Covid: Boris Johnson suggests some restrictions could lift after mid-February with UK on track to reach vaccine target

  • Video report by ITV News Political Correspondent Carl Dinnen

Boris Johnson has suggested some coronavirus restrictions could be lifted soon after mid-February, confirming the UK is "on target" to reach its goal of vaccinating the most vulnerable to Covid-19 by that date.

He said before the review point of February 15 ministers will "looking at the potential of relaxing some measures" - but nothing will change until after that date.

The prime minister was cautious when talking about a relaxation of the rules, refusing to put a timetable on the reopening of schools - which will be the priority when lockdown measures begin to lift.

When England's lockdown was announced, it was hoped schools could reopen following the February half-term if the top four groups most vulnerable groups had been vaccinated.

Mr Johnson, who was visiting a vaccination site at Barnet Football Club in north London, where around 13,000 jabs have been delivered since mid-December, said the UK is currently on track with "6.3/6.4 million people" having received their first dose.

Boris Johnson on the 'potential' for lifting restrictions after mid-February:

Asked whether schools would open after the February half-term the prime minister said: "We're looking at the data as it comes in, we're looking at the rates of infection, as you know the JCVI groups 1 to 4 are going to be vaccinated by February 15, but before then we'll be looking at the potential of relaxing some measures.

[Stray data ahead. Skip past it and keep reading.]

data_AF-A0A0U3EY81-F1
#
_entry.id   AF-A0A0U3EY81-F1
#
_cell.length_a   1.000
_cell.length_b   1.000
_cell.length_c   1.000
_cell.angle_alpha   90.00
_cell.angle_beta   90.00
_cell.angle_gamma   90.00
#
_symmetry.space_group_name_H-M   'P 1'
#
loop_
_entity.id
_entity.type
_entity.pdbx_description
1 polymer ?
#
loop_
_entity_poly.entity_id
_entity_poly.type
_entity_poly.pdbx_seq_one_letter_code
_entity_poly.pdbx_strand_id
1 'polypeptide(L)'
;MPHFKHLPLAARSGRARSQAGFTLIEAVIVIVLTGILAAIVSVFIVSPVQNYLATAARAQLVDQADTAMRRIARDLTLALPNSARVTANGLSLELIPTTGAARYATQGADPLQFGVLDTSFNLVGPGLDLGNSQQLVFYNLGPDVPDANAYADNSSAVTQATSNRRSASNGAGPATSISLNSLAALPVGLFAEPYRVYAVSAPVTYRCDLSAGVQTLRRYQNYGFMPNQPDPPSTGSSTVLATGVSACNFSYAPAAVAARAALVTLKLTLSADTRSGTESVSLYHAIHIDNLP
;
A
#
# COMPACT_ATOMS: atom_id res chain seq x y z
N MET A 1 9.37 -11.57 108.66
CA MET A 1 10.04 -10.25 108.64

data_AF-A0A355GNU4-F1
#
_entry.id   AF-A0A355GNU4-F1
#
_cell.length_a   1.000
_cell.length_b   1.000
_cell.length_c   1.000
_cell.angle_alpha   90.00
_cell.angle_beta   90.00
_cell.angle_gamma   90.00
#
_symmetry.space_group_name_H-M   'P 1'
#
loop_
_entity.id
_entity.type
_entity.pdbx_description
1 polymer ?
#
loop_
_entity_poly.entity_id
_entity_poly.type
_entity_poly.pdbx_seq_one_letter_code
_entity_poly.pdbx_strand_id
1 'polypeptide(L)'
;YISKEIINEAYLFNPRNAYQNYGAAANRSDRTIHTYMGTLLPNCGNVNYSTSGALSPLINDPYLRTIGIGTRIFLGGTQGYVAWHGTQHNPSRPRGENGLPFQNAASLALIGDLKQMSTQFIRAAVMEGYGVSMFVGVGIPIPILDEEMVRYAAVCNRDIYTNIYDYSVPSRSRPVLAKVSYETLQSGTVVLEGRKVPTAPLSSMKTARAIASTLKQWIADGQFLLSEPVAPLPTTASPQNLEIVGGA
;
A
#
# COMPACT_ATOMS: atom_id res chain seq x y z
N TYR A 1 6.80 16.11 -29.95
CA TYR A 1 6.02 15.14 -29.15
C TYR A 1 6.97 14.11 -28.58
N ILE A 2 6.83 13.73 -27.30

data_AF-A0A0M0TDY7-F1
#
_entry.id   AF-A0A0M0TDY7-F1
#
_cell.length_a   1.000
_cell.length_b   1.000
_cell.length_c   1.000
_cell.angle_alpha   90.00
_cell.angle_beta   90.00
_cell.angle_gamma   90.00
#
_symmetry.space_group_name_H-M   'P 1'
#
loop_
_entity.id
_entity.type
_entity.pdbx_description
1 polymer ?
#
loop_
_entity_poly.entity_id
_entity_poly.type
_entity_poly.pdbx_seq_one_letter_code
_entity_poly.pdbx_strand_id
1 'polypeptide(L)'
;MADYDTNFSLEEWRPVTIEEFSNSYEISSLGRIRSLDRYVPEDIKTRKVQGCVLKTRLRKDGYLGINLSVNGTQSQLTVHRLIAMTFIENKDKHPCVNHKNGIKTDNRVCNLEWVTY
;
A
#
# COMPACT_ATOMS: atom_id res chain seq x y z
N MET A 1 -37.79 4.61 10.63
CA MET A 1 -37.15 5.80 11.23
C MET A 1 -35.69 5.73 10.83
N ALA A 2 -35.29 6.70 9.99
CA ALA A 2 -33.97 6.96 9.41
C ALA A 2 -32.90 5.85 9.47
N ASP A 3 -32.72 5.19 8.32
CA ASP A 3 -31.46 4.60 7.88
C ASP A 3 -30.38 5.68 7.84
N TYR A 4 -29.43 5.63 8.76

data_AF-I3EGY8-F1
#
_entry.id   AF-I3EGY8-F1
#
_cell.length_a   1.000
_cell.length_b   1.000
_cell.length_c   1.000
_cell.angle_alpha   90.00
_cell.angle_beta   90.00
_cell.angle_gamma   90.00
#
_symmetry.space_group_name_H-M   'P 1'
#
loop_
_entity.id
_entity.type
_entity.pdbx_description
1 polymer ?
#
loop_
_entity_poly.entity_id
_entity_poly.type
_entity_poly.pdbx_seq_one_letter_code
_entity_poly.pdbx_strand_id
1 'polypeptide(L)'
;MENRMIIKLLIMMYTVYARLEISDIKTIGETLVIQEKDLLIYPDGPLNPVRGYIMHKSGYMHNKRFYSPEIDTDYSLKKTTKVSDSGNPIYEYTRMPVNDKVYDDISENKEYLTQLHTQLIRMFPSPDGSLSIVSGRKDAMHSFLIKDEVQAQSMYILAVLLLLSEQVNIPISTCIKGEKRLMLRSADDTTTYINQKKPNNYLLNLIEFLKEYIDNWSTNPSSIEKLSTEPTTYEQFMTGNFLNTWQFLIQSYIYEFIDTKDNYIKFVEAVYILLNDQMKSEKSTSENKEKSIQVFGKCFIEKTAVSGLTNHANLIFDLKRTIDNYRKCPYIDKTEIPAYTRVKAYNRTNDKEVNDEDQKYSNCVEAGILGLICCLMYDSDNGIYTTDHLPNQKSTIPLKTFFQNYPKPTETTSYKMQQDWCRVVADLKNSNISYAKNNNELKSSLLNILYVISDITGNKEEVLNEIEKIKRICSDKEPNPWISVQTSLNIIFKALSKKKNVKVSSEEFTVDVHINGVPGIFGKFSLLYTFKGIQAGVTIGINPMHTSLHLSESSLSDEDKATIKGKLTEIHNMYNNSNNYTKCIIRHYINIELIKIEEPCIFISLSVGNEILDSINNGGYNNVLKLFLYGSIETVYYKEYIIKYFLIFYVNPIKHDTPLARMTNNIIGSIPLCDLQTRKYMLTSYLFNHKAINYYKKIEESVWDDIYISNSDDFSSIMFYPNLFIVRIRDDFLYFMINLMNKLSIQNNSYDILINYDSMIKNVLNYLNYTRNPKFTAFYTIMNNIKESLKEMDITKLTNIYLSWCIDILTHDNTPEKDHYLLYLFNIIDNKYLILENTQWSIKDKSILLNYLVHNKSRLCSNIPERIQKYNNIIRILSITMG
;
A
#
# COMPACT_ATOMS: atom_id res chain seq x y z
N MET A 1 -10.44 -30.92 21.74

"But don't forget this country has made huge progress in reducing infection, I don't think people want to see another big surge in infection."

Downing Street pointed out that February 15 is a "review point" and while a lifting of restrictions would be discussed before then, no action would be taken until afterwards.

The PM's spokesman said: "It has always been our intention to ease restrictions where we can from that point on the 15th, and schools are obviously our top priority."

Pressed for a firm date on when schools would reopen, Mr Johnson said ministers are looking at data daily "and trying to work out when we're going to be able to lift restrictions.

"Schools obviously will be a priority but I don't think anybody would want to see the restrictions lifted so quickly while the rate of infection is still very high so as to lead to another great spread of infection."

Boris Johnson on whether schools will open before Easter:

He added: "We've now got the R down below 1 across the whole of the country, that's a great achievement, we don't want to see a huge surge of infection just when we've got the vaccination programme going so well and people working so hard.

"I understand why people want to get a timetable from me today, what I can tell you is we'll tell you, tell parents, tell teachers as much as we can as soon as we can."

He's under growing pressure from his own MPs to reopen schools in England when that target is reached, amid warnings children have become the “forgotten victims” of the Covid pandemic.

But he could not give a guarantee schools would be back before Easter.

"Believe me there's nothing I want to do more than reopen schools, I've fought to keep schools open for as long as I possibly could," he said.

Mr Johnson went on: "With this vaccination programme, we've done I think 6.3, 6.4 million people now in the UK as a whole.

"We are on target just, just, we're on target to hit our ambition of vaccinating everybody in those vulnerable groups by the middle of February."

On Friday it was revealed the R number of coronavirus in the UK had dropped below 1 for the first time in weeks, with the figure thought to be 0.8 to 1.0.

But the Department of Health and Social Care warned: "Cases remain dangerously high and we must remain vigilant to keep this virus under control, to protect the NHS and save lives.

"It is essential that everyone continues to stay at home, whether they have had the vaccine or not."

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